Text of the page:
“Don’t need to mess with somethings,” he nodded at the bucket. “Some just come special.”
I peered over the rust-ridden edge and felt my eyes widen at the amount of treasures inside. “Where did you find all of these?”
He laughed then, “You spend enough time looking anywhere, you can find beauty. These just happen to be portable.”
I nodded, still looking at my piece.
“What are you doing here, anyway?”
“I heard the bells…”
“No,” his gruff voice gave way to a quick cough. After he cleared his throat, he waved me onward with his hand. “You’re not from Anglesey.”
“I’m visiting my grandmother at Bay Cottage.”
“Ahh, Mrs. Morgan is it?” he glanced at me sideways from underneath his cap.
“Yes.” He must know Nainy. Everyone seemed to. I ran my hands round the edges of my glass, enjoying the way the coolness seemed to quiet my thoughts.
“She’s a good one to have as a grandmother, I’d imagine.”
I shrugged and searched through the bucket. Sifting through the greens, blues, and whites seemed to encourage the feelings I’d felt before to come pouring forth. “She said she would tell me anything but then I asked about fairies and she said she couldn’t tell me. She made a promise to my father and wouldn’t break it.”
“I suppose. She made a promise to me too though.”
“Hard to keep all our promises sometimes. Here this one’s a nice colour.”
I paused to take the piece he handed me and pondered his words for a moment, “Well, then, she shouldn’t tell me that she knows what I want to know. Then it just makes me want to know it more.”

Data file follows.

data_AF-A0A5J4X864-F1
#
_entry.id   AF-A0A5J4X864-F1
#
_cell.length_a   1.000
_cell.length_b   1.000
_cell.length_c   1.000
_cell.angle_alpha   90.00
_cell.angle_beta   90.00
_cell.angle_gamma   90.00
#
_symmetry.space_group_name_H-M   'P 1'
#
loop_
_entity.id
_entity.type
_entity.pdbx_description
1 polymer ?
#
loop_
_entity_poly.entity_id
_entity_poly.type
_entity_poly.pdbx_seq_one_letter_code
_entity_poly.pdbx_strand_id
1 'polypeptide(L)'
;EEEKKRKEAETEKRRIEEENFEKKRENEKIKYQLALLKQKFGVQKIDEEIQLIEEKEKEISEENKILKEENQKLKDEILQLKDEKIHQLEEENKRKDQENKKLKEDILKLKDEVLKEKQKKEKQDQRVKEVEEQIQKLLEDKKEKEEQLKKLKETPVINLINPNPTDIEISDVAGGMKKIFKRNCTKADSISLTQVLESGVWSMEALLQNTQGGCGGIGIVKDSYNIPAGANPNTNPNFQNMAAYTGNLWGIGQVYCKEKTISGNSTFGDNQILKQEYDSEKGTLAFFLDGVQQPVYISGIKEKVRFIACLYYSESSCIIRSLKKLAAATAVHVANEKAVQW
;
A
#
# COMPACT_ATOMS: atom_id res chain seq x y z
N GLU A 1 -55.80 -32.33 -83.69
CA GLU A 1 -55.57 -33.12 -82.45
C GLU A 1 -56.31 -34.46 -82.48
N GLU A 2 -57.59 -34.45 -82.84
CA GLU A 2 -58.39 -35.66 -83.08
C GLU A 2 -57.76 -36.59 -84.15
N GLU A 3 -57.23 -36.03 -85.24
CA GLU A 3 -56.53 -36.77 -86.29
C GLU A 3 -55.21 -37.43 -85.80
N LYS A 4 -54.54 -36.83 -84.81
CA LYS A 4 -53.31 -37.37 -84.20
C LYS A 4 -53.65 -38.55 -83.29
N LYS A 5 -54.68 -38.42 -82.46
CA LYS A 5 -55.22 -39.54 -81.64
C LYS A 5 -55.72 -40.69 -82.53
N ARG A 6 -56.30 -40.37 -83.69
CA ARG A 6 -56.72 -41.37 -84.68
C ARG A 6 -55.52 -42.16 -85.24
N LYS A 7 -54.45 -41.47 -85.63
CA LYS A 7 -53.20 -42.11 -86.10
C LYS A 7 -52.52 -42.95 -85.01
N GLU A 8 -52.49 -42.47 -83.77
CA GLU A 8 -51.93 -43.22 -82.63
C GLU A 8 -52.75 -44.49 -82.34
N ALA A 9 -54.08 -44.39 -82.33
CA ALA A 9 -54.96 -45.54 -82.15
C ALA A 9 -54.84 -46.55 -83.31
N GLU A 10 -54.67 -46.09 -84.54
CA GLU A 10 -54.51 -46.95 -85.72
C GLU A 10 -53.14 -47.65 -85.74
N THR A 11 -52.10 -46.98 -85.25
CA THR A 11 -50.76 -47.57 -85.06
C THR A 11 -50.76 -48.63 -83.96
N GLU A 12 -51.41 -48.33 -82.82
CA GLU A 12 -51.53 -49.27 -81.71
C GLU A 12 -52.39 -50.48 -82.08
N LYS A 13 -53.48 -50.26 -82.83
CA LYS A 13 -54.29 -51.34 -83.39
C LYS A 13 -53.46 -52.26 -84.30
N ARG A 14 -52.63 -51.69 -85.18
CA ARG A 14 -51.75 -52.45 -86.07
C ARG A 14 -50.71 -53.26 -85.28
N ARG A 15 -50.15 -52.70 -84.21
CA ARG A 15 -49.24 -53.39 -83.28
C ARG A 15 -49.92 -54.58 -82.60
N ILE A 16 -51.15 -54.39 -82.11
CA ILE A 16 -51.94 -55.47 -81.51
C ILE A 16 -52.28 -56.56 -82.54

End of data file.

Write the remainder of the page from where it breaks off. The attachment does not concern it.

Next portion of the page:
“Sounds like it’s already a bit complicated. Not sure lying would help any.”
I shrugged. “I’ll find out anyway. Do you know any stories about fairies?”
A smile stubbornly tugged at his lips. “I might…”
“Tell me? Please?”
“I don’t know, seeing as your Nainy isn’t wanting it.”
“But she said she just couldn’t tell me. You haven’t made a promise to my father and you could tell me.”
The smile won and broke into a low chuckle. “You’re just like him, I imagine.”
My own smile faltered, “Do you know him? That is, did you know him when he lived here?”
“I was just thinking that your Nainy’s stubborn and persuasive and you seemed to have inherited it. It must have been through your father. Suppose it could skip a generation though.”
My hands relaxed a little. I didn’t know why I felt more comfortable with this man not knowing my father, but some small fear that another avenue of inquiry was closed to me was put to rest. “I’ve been speaking with you for quite awhile but I don’t even know your name.”
The man looked at me out of the corner of his eye. “You can call me Dan.”
“Would you tell me the fairy stories you know, Mr. Dan?”
“Just Dan, girl. I shall tell you one story. I’m not a library of knowledge.”
I bit my lip and turned the bell glass in my hand. “I find I’m not sure what to ask for. You see I’ve not heard a great many fairy stories or really any, truth be told.”